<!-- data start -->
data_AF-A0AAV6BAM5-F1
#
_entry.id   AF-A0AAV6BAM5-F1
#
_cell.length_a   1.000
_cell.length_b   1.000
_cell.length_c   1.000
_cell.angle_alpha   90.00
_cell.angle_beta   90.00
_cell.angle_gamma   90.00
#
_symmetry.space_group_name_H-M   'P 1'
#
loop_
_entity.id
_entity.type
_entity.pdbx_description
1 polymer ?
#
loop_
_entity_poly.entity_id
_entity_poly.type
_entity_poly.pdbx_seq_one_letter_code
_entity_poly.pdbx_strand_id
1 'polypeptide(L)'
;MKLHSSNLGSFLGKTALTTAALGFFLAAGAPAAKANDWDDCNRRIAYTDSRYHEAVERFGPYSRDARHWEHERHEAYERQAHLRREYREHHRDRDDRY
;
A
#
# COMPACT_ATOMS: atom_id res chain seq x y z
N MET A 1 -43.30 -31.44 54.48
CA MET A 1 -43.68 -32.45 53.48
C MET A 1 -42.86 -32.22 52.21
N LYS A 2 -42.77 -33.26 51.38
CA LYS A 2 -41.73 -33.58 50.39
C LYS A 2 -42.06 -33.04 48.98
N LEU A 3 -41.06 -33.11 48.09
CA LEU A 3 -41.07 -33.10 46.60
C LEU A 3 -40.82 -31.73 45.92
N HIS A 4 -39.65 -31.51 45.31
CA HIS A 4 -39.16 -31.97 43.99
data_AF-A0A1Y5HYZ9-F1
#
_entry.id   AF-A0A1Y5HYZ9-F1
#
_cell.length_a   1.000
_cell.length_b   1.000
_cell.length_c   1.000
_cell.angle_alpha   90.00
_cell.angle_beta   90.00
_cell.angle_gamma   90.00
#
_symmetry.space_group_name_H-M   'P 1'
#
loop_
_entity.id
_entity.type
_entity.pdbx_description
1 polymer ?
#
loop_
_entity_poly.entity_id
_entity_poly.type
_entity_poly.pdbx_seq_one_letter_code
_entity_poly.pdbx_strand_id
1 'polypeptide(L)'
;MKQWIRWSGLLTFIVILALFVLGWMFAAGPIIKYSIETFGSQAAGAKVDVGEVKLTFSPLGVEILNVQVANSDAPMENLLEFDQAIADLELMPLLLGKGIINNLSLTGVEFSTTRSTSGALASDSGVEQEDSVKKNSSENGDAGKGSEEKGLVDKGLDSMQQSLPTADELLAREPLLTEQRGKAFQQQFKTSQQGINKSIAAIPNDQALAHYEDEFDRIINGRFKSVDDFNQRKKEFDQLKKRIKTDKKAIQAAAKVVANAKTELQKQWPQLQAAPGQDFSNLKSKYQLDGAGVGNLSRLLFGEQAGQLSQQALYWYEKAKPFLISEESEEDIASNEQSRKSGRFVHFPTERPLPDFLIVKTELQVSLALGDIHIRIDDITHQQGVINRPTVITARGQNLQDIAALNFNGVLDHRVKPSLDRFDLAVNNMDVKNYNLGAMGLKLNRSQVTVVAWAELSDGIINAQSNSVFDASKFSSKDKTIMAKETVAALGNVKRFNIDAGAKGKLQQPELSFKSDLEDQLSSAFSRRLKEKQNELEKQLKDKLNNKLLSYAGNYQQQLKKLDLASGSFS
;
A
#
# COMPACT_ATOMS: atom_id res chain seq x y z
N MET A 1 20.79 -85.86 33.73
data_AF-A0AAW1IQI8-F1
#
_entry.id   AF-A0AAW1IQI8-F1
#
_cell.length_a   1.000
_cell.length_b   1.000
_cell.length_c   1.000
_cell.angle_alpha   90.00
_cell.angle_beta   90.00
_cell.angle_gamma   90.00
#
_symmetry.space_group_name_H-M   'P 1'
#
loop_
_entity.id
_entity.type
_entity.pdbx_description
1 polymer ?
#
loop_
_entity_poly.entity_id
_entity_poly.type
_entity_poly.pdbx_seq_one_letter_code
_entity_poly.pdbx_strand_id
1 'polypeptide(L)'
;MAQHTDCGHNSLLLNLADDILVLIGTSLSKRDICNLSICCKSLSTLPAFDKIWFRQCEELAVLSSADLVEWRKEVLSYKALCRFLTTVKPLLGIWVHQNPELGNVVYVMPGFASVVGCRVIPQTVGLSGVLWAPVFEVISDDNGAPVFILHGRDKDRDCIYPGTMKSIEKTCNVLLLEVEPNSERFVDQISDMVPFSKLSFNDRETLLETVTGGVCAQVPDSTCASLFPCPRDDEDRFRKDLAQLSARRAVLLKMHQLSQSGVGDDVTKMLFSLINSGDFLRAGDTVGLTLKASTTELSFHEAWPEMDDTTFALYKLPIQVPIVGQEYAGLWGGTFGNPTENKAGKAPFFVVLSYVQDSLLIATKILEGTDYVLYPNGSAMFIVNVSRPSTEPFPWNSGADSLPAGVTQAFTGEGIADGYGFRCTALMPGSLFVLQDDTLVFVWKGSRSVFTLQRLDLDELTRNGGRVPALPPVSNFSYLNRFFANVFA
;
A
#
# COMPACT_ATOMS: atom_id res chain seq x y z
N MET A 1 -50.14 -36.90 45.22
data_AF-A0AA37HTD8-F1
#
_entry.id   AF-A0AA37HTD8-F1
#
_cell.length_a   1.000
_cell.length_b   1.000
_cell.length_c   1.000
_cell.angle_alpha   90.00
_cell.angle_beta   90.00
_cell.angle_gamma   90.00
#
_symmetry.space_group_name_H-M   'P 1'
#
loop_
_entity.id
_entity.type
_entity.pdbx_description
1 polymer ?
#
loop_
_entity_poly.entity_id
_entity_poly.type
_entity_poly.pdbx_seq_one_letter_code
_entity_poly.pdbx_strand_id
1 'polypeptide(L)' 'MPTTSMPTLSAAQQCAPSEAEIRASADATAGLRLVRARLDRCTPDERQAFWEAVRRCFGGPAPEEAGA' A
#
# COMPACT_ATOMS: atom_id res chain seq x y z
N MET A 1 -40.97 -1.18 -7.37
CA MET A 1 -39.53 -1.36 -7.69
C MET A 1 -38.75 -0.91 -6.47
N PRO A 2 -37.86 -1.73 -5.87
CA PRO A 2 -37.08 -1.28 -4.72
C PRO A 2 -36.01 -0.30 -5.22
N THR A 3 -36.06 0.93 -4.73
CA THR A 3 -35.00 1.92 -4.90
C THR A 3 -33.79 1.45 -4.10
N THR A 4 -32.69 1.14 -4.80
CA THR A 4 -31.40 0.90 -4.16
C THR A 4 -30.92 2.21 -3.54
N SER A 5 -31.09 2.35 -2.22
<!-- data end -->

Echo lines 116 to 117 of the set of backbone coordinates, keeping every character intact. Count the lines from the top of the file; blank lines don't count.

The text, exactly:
#
loop_